I’ve written hundreds of thousands, probably millions, maybe even hundreds of millions (really, I don’t have any actual idea how many) of words on nearly every topic imaginable. Chickens. Debt. Landscape management. Limousine business. Data storage. Marketing Strategy. Gardening. God. Life. Ducks. I’ve been published innumerable times in local and national print, as well as in blogs, brochures, press releases, and websites where there is no byline because I’ve been paid to tell someone else’s story in their voice.

And somehow in all that writing, up until about six months ago, it never seemed like a novel was important enough to bother with. Novels are… entertainment. They don’t make real differences in the world, right? Maybe a handy how-to would be just the thing, or a collection of inspirational essays.

But the stories just kept coming to me and I FINALLY listened to what I’ve heard and known for a long time, that if you are called to do something then that something is what you are called to do… and if you are called to do it, then it IS important.

So about six weeks ago, I decided to let one of the stories that came to me BE the novel that it wanted to be, and to take its sweet time, even though that time turns out to be a lot (A LOT) of mornings. Why:

It was a mix of Anne Lamott, a friend, and wild precious posts from favorite bloggers. Mostly Annie, though. Telling me (and her 100k+ FB followers) that my excuses were bullshit (sorry, but it just wouldn’t be Annie without the swearing).

Also mostly my friend giving us a big precious gift that said I BELIEVE IN YOU (in my head it said that. In everyone else’s reality it said something else–a lot of something elses. It’s a long story, and one I’m not ready to tell yet. But I will. I will when I’m ready).

And also Glennon and her story of getting up every morning to write because it was better than going to Africa.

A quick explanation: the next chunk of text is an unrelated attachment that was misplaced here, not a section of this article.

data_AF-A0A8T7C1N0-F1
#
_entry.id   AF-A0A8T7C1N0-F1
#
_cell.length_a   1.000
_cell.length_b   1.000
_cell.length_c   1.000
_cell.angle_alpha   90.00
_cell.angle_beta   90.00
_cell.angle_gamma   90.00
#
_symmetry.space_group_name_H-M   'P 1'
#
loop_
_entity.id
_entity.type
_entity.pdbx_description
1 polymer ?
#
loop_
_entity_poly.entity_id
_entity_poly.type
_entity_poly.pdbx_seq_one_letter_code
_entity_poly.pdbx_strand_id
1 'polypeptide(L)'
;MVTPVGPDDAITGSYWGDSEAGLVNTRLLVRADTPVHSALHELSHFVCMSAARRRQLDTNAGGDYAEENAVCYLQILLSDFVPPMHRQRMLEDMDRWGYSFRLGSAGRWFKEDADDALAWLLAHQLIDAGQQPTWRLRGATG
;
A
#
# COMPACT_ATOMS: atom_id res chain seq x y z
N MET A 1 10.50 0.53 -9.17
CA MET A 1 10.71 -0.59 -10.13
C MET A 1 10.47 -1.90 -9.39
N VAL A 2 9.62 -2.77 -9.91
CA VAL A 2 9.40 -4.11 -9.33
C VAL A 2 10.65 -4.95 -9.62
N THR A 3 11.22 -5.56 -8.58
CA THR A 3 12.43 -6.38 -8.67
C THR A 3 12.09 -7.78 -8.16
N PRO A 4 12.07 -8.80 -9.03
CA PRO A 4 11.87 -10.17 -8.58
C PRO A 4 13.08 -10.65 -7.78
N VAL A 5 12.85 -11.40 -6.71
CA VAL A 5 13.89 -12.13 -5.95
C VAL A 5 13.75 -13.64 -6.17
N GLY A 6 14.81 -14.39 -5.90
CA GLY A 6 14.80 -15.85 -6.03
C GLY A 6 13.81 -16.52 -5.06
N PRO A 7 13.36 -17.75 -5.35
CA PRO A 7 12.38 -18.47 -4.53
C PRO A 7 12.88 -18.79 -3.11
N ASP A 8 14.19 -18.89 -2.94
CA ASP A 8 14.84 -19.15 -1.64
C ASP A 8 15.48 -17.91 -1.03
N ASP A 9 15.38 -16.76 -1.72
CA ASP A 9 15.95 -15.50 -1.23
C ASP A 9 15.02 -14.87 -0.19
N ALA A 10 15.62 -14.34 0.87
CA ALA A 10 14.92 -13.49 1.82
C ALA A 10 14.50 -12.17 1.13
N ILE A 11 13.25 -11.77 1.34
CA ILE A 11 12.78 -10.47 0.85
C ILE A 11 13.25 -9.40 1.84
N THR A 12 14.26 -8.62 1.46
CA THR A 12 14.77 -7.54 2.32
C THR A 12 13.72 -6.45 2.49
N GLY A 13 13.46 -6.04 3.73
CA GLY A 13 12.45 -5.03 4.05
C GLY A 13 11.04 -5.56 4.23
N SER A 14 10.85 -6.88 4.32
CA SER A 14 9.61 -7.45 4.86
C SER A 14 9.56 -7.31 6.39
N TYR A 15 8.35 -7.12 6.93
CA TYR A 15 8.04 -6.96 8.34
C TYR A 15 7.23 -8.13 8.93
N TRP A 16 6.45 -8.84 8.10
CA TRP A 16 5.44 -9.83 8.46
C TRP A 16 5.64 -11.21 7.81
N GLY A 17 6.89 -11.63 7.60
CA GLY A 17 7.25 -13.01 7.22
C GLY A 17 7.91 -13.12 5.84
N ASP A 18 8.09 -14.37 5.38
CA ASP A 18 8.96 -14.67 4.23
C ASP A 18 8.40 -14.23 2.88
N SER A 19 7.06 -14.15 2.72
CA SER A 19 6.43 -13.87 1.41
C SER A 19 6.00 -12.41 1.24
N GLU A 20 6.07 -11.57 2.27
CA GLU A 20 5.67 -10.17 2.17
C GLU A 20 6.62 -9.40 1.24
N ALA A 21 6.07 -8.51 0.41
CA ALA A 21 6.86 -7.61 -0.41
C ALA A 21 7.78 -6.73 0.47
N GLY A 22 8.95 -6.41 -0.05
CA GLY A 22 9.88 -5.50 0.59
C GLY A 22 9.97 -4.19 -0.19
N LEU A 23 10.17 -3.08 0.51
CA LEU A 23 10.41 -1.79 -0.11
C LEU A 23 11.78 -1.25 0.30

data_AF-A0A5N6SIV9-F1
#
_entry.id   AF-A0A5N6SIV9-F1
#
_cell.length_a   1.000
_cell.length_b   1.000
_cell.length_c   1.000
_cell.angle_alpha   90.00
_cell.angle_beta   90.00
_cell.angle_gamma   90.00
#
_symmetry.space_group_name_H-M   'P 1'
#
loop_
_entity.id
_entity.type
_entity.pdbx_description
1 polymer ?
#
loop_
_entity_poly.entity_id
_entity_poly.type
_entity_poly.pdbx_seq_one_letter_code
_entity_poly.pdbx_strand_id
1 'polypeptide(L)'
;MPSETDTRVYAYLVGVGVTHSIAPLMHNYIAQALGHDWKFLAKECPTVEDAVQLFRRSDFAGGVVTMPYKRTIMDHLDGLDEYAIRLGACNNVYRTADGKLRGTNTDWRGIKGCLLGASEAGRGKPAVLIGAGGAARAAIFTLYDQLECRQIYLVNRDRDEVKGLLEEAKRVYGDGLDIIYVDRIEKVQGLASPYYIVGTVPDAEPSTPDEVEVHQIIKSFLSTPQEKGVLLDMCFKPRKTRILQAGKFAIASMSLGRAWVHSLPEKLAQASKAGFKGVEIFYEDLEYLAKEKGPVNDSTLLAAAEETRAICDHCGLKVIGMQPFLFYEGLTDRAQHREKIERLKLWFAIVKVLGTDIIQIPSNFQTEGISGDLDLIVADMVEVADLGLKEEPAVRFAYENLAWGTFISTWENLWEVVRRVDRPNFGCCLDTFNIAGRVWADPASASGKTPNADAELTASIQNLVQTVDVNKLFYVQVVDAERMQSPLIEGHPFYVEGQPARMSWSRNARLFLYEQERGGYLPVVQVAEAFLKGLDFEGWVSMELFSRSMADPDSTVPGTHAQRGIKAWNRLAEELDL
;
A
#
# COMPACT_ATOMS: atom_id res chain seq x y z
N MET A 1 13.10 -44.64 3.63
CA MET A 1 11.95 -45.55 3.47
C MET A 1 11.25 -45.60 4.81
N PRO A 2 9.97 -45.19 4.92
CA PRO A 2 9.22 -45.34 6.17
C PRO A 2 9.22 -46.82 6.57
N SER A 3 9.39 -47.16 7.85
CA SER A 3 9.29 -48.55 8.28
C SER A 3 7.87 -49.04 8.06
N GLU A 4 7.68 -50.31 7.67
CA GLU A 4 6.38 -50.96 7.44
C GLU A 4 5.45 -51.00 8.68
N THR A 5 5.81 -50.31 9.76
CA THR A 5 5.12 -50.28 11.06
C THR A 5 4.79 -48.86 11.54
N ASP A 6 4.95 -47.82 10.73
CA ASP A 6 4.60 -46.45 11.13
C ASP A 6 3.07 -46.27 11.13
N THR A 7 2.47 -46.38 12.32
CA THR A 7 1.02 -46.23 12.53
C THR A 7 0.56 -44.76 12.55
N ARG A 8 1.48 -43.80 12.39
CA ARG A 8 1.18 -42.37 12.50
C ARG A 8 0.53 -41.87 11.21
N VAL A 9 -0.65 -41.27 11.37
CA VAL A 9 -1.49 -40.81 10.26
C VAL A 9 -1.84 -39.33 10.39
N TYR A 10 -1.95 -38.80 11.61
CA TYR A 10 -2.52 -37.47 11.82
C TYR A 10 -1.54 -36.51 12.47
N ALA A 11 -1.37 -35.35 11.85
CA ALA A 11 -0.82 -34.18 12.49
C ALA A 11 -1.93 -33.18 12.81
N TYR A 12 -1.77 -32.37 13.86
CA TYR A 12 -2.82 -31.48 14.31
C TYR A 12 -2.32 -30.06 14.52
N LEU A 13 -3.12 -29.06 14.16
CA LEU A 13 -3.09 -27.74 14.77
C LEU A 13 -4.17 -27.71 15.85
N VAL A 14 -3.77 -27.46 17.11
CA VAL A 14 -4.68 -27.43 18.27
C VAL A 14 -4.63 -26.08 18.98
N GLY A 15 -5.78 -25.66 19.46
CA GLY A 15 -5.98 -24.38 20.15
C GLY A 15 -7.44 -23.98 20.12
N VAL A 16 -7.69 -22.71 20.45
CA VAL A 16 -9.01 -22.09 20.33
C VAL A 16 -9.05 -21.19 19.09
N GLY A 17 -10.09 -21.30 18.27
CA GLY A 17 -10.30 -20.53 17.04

Oh, and Anne Rice, who said something I will never forget about writing into your pain and writing into your passion. Which is kind of the same thing as saying it’s about pain and love, which is what I do every morning for an hour now, writing into my pain and my love.

So. Anyway. I’m 50,000+ words in. 50. Thousand. Words. That’s enough to be taken seriously, right? I mean, I haven’t just STARTED a novel, I’ve actually written over a third of it. Maybe close to two thirds.

I haven’t shared all this publicly because I’ve been afraid I’ll jinx it. But then I remembered it’s not magic, so it can’t be jinxed. It’s hard work and it’s getting up every morning and doing it again for that one precious hour, every single morning, no matter what. It’s letting my love and my pain be the first thing I do every morning. Love and pain and hard work.

That’s all it is, and you can’t jinx that.

So. Fifty thousand words, and a decision to get up tomorrow morning and write the next scene, the next thousand words. That’s my Thing. What’s your Thing?

Writing a Novel is Intimidating

I have hesitated to post about my experiences because, after all, I am 39 and only for the first time in my life finally actually working on a novel in any sort of disciplined way and so, although I have been writing professionally in a business context for more than 12 years, I am not truly an “author” in the way that a Lev Grossman or a Shaindel Beers or a Sarah Pinneo or an Anne Lamott is an author. Plus, I’ve been afraid I would jinx it by publicly sharing. But today I think I will, and maybe others can share my journey.

I’ve been getting up an hour early to write every morning for just over a month (thank you Abby England, your gift started this, you know). I now have 48k+ words in my first novel.

It feels nice to watch it grow like that. It’s gratifying to read pieces of it to my kids and hear how excited they get about my characters, and receive their (quite useful, really) feedback, and listen to them ask for more, more, more.

But I think the coolest thing about it is watching my own process and seeing that I really can do something this big. Writing a novel is intimidating. An average client long-copy deliverable (i.e., case studies, white papers, etc.–versus website headlines, ad copy, etc.) runs between 1,200 and 2,500 words. A first novel starts at around 60,000 and runs up to 150,000 (War and Peace and the last Harry Potter book well exceed this number, of course). The sheer complexity of plot is overwhelming even in a short novel.

But I’m doing it. I really am.